As described in Workbench Concepts, programs in AcuBench are organized into projects. A project is a group of interrelated programs, some or all of which may make use of a shared set of COPY files, resources, and data files. For this reason, when you set out to define data files for use by AcuBench programs, the first step is to create a definition at the project level.
The project-level definition for a data file is created in the File Designer, which is accessed through the Data view of the workspace.
This definition is stored in a data layout file, or DLT. The DLT contains information that AcuBench uses to generate SELECT, File Description, and Sort COPY files, as well as extended file descriptions (XFDs). These files can be used by any program within the project for which the DLT has been defined.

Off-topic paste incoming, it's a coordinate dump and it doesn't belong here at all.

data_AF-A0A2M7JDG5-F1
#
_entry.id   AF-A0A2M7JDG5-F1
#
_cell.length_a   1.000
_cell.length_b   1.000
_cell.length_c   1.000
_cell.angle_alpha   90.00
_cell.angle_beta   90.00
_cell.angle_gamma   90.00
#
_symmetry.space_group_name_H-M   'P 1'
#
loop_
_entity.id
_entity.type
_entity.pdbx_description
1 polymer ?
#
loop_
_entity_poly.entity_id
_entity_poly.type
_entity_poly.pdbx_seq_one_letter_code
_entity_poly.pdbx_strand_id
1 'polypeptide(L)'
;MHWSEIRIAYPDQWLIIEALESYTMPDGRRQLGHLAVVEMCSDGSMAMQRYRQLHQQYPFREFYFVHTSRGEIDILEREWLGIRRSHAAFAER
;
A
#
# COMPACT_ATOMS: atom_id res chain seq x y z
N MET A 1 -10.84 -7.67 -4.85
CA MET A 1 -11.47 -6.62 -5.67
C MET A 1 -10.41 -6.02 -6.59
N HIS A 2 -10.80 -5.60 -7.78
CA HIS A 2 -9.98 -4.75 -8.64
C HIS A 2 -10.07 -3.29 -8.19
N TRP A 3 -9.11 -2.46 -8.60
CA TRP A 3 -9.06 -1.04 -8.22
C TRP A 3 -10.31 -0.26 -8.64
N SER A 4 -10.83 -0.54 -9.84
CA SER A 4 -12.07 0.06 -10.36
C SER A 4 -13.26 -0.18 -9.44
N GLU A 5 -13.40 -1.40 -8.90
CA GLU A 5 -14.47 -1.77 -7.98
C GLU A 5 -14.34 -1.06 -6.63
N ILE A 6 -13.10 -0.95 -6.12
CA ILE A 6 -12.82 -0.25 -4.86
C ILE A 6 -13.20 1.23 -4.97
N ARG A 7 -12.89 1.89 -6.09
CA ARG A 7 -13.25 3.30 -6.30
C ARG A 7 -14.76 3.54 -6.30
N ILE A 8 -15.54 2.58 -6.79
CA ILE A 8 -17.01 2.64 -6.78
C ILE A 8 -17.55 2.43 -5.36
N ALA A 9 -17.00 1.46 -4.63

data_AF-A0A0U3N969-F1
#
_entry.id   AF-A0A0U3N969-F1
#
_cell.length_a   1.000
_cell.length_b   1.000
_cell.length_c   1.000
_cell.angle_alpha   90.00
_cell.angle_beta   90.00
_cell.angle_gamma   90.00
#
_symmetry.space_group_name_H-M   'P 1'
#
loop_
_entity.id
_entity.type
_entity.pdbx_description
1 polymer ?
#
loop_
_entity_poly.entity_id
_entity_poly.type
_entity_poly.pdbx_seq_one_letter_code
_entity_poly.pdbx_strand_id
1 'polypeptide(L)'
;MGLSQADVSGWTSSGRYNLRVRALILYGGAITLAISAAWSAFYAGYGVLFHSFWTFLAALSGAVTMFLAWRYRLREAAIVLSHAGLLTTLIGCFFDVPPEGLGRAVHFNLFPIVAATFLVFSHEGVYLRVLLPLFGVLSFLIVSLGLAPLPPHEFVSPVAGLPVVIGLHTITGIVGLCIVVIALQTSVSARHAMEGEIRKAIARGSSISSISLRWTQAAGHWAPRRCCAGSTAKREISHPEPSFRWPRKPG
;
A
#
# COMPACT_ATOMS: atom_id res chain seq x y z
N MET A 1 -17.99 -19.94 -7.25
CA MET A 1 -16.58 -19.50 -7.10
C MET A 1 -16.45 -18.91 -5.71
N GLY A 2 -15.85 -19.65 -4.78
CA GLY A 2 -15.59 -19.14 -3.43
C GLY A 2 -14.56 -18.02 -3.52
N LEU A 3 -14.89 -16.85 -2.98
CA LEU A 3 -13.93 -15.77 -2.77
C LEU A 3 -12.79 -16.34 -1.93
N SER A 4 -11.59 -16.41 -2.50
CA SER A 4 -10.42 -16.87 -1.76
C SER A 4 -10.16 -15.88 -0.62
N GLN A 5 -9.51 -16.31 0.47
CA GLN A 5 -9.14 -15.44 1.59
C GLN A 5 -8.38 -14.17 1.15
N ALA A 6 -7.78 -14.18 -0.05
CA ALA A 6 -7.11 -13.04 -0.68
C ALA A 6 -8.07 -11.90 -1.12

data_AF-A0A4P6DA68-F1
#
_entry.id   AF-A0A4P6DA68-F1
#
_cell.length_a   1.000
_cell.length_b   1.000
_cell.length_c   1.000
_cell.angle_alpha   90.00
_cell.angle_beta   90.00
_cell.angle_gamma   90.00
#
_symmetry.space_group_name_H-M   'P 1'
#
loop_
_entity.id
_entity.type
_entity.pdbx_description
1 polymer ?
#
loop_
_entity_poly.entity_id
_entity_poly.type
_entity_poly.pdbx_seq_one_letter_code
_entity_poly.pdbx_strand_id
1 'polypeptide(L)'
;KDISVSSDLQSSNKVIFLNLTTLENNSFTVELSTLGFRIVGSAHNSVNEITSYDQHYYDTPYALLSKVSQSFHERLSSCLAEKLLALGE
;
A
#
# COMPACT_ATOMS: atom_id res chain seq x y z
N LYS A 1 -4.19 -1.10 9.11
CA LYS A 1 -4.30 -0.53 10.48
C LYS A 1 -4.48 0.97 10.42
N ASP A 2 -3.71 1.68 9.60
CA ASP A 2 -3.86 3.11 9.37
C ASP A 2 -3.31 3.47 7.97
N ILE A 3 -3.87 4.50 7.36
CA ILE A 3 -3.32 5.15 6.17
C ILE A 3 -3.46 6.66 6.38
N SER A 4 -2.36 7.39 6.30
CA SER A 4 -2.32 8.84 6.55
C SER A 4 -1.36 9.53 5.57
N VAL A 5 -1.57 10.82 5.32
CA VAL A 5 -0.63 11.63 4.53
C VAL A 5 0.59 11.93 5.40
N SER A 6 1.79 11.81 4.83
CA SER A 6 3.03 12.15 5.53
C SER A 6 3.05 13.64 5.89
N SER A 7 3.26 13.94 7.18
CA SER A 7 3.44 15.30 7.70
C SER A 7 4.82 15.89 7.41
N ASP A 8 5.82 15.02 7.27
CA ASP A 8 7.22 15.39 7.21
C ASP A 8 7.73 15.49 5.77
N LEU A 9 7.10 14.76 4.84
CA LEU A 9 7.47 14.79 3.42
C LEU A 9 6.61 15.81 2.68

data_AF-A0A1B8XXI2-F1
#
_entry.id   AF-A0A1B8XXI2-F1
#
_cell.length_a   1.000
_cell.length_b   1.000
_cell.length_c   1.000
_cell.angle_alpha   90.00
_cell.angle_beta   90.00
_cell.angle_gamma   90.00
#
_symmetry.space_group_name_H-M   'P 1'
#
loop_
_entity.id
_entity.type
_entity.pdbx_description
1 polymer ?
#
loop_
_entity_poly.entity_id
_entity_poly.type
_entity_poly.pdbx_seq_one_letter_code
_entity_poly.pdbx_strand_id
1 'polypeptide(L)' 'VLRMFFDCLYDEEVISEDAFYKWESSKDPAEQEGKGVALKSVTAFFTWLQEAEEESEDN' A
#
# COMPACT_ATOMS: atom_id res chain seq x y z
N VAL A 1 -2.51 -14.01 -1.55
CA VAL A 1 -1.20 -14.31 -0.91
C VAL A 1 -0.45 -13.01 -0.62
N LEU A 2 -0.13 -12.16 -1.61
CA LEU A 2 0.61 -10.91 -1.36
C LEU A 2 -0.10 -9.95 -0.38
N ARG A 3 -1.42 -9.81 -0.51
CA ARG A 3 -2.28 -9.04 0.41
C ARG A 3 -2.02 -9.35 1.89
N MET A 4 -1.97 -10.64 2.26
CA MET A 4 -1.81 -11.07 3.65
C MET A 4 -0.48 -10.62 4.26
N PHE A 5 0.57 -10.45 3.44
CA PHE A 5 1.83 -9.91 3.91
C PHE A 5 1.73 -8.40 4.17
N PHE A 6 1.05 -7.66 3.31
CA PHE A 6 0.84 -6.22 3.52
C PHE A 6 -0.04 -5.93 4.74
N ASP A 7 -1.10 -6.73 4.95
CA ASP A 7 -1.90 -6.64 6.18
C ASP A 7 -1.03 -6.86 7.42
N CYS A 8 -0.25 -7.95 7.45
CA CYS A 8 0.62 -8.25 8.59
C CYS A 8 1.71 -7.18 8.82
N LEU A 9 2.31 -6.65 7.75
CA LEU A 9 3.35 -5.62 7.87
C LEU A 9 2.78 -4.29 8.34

The DLT also contains information about whether and how to generate file handling code in those programs that make use of the data file. You can choose to use no generated file handling code, to use default generated code, or to use code paragraphs that you write and store in the DLT.
If you are working with multiple projects that share one or more data files, you need to define the data layout for each file only one time. Once the DLT has been created in one project, you can easily add it to other projects.
The process of defining data files for use at the project level is as follows:
This is also where you enter any custom file handling code that you would like AcuBench to associate with the data file and make available to any program that uses the file.
Close the File Designer, then generate new FD and SELECT COPY files from the new or revised data layout file. To do this, right-click the icon for your new DLT in the Data view and select Generate FD/SL from the pop-up menu.
The COPY files are assigned a .fd and .sl extension and, by default, placed in the project’s FD folder.
Once you have generated your FD and SELECT COPY files, you are ready to define how individual programs in your project will access your data files. This is accomplished using the Data Set Designer, described in Using the Data Set Designer.